One of the first things I learned as a young writer was “show, don’t tell.” Images, actions, and dialogue—core components of a narrative—are some of the most powerful ways to ignite a reader’s response. Recent studies have been uncovering some of the mysteries of how the brain processes words. See last month’s New York Times article on the topic here. These studies have found that narratives can activate the other parts of our brains that process smell, texture, and motion. This “theory of mind” suggests that fiction or other narrative storytelling can and do inform the way the readers interact with the world around them. As one cognitive psychologist said, “[N]ovels, stories and dramas can help us understand the complexities of social life.”
My parents often used stories to teach us some of the values my siblings and I hold to this day. When my father was a boy in rural Korea, he would disobey my grandfather to go to school by throwing his books over the fence and climbing over a tree while his brothers and he were supposed to be working the crops. Hence I learned that education can be invaluable, and that value informs my core belief that education is a human right. I remember the story of my mother’s mother who, after her husband was abducted and her home invaded by soldiers in the middle of the night at the start of the Korean War, took her six children—my mother was just a year old, tied in a cloth to my grandmother’s back—to the safety of the countryside all by herself. This taught me early on of the terrors of war, the terrible cost of war paid for by the lives and wellbeing of women and children, and the deep strength and resilience of the women I come from.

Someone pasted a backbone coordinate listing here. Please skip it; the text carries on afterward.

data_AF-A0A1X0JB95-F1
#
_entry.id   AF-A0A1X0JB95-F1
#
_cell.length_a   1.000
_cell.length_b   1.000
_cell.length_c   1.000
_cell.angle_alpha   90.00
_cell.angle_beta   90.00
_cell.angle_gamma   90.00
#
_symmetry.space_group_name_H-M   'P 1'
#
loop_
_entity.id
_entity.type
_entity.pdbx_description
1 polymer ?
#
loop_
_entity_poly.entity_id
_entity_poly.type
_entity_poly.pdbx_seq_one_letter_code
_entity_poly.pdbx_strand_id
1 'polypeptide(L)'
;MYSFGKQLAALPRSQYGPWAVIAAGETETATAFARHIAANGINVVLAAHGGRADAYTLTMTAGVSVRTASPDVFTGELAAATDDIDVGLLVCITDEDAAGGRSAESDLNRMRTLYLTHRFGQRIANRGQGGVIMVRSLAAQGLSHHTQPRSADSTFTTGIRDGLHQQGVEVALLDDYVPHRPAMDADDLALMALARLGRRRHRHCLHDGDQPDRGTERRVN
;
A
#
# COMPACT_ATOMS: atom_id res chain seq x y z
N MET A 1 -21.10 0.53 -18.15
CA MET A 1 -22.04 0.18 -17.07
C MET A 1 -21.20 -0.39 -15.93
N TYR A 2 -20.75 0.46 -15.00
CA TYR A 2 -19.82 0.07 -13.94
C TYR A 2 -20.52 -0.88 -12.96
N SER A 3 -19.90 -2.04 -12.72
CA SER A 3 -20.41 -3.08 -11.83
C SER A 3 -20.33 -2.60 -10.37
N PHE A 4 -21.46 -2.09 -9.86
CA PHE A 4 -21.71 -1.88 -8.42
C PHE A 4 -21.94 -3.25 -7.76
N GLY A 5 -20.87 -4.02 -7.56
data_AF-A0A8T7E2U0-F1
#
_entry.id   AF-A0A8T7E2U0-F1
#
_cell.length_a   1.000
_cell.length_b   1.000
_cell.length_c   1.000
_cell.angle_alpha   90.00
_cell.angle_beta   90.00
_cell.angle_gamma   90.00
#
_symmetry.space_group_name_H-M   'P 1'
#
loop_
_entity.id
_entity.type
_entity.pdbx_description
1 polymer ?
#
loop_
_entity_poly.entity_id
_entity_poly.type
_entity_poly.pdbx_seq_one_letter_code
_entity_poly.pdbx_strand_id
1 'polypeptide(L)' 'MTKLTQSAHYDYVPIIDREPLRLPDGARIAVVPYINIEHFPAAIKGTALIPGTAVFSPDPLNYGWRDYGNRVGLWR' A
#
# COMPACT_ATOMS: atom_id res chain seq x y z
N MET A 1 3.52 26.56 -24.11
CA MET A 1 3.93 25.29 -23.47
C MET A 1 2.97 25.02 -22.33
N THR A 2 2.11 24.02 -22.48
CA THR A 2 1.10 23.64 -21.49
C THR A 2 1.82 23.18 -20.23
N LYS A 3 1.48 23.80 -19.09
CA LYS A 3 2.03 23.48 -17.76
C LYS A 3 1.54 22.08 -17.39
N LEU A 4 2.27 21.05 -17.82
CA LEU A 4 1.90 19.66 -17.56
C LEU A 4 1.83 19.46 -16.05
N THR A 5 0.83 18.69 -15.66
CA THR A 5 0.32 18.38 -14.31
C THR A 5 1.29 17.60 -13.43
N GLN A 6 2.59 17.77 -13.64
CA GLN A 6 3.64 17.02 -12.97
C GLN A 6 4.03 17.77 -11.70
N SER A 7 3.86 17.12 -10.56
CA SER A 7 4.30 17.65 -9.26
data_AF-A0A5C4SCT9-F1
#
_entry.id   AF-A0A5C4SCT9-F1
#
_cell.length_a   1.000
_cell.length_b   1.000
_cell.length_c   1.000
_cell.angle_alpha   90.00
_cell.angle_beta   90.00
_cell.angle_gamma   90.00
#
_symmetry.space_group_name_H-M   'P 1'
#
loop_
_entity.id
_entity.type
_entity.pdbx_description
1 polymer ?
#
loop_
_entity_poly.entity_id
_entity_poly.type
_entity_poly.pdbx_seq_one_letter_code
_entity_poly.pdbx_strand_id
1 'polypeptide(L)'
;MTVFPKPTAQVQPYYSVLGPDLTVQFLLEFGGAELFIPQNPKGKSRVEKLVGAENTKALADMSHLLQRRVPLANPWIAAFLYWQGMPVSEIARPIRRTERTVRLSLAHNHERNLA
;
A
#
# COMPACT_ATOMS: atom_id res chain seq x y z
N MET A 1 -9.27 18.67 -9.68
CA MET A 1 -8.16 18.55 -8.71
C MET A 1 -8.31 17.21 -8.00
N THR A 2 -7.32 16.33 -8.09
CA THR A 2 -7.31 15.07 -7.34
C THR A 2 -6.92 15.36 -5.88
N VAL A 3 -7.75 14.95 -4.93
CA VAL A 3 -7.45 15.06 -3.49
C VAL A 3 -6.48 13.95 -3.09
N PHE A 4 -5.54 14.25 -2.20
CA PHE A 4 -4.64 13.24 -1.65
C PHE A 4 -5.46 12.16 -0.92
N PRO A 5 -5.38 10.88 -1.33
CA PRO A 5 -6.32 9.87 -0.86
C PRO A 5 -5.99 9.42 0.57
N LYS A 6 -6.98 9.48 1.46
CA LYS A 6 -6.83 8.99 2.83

Over the past few years, social movements have been using stories through creative and innovative strategies that touch the hearts and minds of those not in the choir. Some have used popular mainstream culture as a catalyst to tell their stories, such as the Palestinian activists who dressed up as the Na’vi people from the movie “Avatar” to protest Israel’s illegal occupation of Palestine.
Most recently, the National Domestic Workers Alliance crafted one of the most powerful messages of the decade by using the popular—albeit problematic—film “The Help.” Strong Families videos (see the Center for Media Justice case study here) elevated the voices and stories of Oakland’s black community to combat the racist anti-choice billboard messages targeting black women.
Stories are powerful. In the struggle for social transformation, we know who the players are, what the conflict is, the human cost, who suffers collateral and direct devastation, and why it matters. We also have the solutions. In the world we live in, it is critical for communities and community organizers to tell both the story in real and moving terms and to allow pieces of the blueprint for the world we want to live in to emerge in the stories we tell. Check out this Center for Media Justice storytelling tool to help craft your own story. And remember, it can’t hurt to incorporate some descriptive adjectives to activate the sensory cortexes of your target audiences!